The Supreme Court of Pennsylvania ruled that the trial court was correct in granting the defendants’ motion to prevent a plaintiff’s expert from testifying in an asbestos case. In this case, the plaintiff’s expert theorized that “each and every fiber” of inhaled asbestos was a substantial contributing factor in asbestos-related diseases.
The defendants sought to bar or prevent that testimony using the U.S. Supreme Court’s rule in the Frye case.
In Betz/Simikian, Charles Simikian brought a product liability case against Allied Signal, Inc., Ford Motor Co. and others. The plaintiff claimed that throughout his 44-year career as an auto mechanic, he was exposed to asbestos products, which in turn caused him to develop the condition known as mesothelioma.
The plaintiff’s case relied on a pathologist expert who opined that each and every exposure to asbestos, no matter how small, contributes to the development of an asbestos-related disease. This was referred to as “any exposure” theory of causation. The defendants argued under Frye that there is no scientific support for this theory.
The trial judge in the Simikian case directed the parties to designate test cases to which to address the Frye challenge. Given this information, the appellate court overturned the trial judge’s direction indicating that the judge had abused his discretion in finding for the defendants and ordering the test cases.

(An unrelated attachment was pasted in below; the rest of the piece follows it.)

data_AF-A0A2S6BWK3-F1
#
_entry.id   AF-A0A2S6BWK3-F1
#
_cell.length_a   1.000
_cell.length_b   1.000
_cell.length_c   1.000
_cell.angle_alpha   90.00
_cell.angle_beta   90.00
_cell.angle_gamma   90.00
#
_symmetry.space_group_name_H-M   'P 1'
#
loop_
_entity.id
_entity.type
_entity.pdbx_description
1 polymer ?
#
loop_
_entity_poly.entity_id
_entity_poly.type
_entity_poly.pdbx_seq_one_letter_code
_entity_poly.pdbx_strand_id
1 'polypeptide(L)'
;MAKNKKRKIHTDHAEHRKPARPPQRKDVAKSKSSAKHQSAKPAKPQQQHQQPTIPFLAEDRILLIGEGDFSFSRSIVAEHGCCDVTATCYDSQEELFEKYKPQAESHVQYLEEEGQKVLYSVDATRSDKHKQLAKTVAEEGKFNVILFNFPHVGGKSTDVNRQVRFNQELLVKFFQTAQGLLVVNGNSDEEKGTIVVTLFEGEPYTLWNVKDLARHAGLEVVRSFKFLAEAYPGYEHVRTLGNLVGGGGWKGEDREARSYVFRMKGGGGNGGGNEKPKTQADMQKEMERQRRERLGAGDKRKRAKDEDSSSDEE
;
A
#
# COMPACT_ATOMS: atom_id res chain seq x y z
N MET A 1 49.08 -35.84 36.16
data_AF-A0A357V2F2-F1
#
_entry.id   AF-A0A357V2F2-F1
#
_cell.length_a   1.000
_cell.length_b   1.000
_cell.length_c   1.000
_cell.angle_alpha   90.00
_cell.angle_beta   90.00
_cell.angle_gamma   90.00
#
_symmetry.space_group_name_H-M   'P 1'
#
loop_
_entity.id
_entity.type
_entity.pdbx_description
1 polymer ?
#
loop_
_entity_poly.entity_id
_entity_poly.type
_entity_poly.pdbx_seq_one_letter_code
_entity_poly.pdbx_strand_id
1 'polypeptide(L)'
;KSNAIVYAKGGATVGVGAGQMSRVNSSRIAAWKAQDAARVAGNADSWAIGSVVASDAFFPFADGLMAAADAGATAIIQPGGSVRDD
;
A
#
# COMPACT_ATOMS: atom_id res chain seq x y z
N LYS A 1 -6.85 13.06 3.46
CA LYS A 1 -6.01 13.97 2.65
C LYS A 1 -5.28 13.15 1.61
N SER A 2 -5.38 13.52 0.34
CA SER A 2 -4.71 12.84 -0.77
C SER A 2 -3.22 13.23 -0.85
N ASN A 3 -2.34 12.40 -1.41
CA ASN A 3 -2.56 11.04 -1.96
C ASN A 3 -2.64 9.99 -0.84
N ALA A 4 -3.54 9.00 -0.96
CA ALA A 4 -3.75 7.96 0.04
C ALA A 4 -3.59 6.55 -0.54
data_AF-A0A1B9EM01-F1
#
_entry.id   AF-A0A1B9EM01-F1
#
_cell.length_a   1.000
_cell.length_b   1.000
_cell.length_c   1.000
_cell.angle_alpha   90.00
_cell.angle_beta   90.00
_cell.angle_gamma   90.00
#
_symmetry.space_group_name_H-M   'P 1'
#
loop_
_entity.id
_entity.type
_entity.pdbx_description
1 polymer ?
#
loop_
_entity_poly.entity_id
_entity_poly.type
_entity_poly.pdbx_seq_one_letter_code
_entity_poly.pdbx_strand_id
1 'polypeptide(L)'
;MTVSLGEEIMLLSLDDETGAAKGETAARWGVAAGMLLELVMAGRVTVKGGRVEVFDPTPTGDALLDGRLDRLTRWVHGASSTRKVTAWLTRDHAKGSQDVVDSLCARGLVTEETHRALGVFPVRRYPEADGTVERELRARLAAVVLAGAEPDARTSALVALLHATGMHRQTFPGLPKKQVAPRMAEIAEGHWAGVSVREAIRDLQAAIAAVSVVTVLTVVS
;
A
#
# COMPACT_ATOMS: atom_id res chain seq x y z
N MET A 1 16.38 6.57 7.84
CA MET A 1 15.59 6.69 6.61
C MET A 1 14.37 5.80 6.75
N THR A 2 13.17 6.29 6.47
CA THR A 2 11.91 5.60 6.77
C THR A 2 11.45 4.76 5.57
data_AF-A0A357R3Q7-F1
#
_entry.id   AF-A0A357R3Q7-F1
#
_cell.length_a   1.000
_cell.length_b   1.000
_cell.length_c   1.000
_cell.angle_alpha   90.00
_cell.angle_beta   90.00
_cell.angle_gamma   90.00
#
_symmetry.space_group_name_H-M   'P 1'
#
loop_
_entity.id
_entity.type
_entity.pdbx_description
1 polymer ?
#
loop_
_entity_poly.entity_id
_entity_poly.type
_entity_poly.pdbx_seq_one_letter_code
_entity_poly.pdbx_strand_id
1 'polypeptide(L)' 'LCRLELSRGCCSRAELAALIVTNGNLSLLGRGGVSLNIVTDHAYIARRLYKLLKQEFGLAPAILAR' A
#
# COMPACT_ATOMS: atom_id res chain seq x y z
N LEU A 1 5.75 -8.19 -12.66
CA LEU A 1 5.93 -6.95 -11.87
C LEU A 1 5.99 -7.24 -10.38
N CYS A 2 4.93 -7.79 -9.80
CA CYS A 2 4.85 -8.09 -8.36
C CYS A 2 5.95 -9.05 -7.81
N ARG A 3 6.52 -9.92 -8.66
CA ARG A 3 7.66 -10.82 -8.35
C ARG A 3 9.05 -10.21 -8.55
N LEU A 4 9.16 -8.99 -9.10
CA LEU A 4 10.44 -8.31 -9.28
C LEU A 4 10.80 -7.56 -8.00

However, the Supreme Court of Pennsylvania reversed the order of the appellate court holding that the trial judge did not abuse his discretion in his assessment. The court held that the trial judge was correct in ordering a Frye hearing when he or she believes that there are grounds that an expert witness has not applied accepted scientific methodology in reaching his or her conclusions. Frye v. United States, 293 F. 1013 (D.C. Cir. 1923).
The Pennsylvania Supreme Court held that the trial judge was correct in permitting the further evidentiary hearing to determine the validity of the pathologist’s opinions. This case decision makes clear that the plaintiff’s burden of proof must include scientifically supported expert testimony.
Betz/Simikian v. Pneumo Abex, LLC, et al. 2012 WL 1860853 (Supreme Court of Pennsylvania) (May 23, 2012).
Kreisman Law Offices has been handling medical negligence cases for individuals and families for more than 36 years, in and around Chicago, Cook County and its surrounding areas, including Naperville, Wood Dale, Elgin, Elmwood Park, Evergreen Park, Chicago Heights, Lockport, Romeoville and Aurora, Illinois.
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